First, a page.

I will need to pay more than £40 for a microphone
That’s a popular New User Lament: “If only I could get a much better microphone, all my problems would be over.”
Probably not. Unless you have a Specialty Recording Problem such as Drums, Landing Aircraft, Windy Beach, or a Multi-Party Roundtable, what you have, unless it’s broken, is probably serviceable. I generally use this illustration of what you can do for soundproofing using furniture moving blankets, but in this case, regard the microphone.
That’s an SM58 rock band microphone playing into a simple sound mixer and into a Mac.
That’s it. I shot multiple voice tracks for an animated production with that.
We have generic tutorials.
That’s the on-line documentation. Scroll down until you get to Tutorials.
You really want the semester on entertainment recording. What exactly are you doing in that 25 minutes required to get your 5 minute show ready for publication?
I don’t have a good answer for you. People wonder why we don’t have YouTube video instructions on how to do all this stuff. Some people have actually produced documentary videos on some of the Audacity tools and how to use them. Nobody wants to hear about the five to one editing rule and nobody with a pulse wants to hear about it when we find mistakes and want them to do it over.
Terrific video. Really. And it will be perfectly valid until the new software version comes out next week.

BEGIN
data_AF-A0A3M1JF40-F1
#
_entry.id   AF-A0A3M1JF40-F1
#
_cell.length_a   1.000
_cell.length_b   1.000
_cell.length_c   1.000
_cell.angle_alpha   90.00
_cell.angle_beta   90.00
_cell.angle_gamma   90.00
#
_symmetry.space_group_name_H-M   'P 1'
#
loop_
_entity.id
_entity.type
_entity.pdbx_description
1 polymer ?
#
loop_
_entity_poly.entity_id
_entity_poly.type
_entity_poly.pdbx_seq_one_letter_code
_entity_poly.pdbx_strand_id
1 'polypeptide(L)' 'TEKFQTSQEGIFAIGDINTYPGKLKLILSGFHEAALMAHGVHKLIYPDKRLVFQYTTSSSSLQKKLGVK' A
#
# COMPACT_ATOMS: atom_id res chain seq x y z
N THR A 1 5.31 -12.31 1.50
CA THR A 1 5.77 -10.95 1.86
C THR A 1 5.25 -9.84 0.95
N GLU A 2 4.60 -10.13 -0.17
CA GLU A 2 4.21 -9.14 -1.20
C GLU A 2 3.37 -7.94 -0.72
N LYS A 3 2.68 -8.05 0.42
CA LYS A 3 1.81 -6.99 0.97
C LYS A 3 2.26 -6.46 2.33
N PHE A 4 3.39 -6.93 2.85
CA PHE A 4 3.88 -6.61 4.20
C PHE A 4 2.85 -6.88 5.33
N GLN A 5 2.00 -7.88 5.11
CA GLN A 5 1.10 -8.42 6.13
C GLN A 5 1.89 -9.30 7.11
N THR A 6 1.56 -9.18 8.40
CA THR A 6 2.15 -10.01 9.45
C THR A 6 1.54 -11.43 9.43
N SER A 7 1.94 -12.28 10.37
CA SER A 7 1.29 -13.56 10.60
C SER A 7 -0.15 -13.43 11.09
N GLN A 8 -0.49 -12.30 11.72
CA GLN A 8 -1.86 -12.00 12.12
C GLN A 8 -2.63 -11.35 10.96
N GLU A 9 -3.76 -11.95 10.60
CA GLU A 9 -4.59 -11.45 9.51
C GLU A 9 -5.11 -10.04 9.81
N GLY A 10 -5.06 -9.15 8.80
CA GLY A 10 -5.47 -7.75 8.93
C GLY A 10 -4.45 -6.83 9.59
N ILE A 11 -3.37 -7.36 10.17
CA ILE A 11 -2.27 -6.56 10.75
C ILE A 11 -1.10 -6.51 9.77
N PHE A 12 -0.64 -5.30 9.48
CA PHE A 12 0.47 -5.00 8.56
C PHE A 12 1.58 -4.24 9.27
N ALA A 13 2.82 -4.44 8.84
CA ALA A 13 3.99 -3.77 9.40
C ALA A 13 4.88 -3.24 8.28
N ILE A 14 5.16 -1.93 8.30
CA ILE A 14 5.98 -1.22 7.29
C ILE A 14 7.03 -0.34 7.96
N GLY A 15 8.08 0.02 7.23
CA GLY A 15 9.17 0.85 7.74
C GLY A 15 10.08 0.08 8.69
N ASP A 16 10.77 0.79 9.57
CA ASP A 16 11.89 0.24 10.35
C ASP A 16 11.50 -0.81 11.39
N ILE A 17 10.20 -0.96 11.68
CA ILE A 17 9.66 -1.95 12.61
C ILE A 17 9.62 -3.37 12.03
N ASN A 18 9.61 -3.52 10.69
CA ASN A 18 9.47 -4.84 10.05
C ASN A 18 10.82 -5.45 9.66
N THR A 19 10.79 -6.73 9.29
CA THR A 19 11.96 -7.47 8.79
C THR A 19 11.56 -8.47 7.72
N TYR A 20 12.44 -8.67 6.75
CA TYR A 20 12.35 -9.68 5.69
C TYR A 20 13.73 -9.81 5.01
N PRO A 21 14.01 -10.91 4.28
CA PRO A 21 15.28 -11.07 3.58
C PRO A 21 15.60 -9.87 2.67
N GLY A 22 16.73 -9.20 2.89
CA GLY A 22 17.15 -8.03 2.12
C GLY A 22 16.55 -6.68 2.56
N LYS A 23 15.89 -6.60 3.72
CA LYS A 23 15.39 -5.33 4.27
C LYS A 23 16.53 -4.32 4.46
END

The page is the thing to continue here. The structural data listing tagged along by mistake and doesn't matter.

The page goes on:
Your question rolls back to why this process usually involves you screwing up and then us fixing it. It’s usually the most efficient that way. There is a rainbow of different things you can do wrong and it’s just not practical to preempt all of them.
ACX does have a couple of videos. They start with how to record right after you install your sound proof booth. That’s where this is taken from.
They know bare floors just kills most people, so they start just after that. That’s how I do it. Soundproof third bedroom. No bare floors.
If you record just right, you can present a chapter, cut off the ends, make fluff corrections, reset the volume (capture volume and ACX volume are different), Export a WAV backup and the MP3 ACX submission and go make tea. There is no list of corrections, filters, effects and other production tricks.
I shudder when people describe doing tonal corrections to each word in their production. Their third audiobook is going to be a lovely thing, but take them right up to retirement.
This American Life has an associated group called Transom. They have some very good works on “how to make radio.” They take it right down to equipment part numbers and how to shoot in various conditions. I think that’s where I got this on-the-run interview picture from.
And you can always submit a raw clip and we’ll tell you an opinion of what to do with it. It’s rarely a good idea to submit processed work. We can’t take processing out and we may need to.
Did I post this?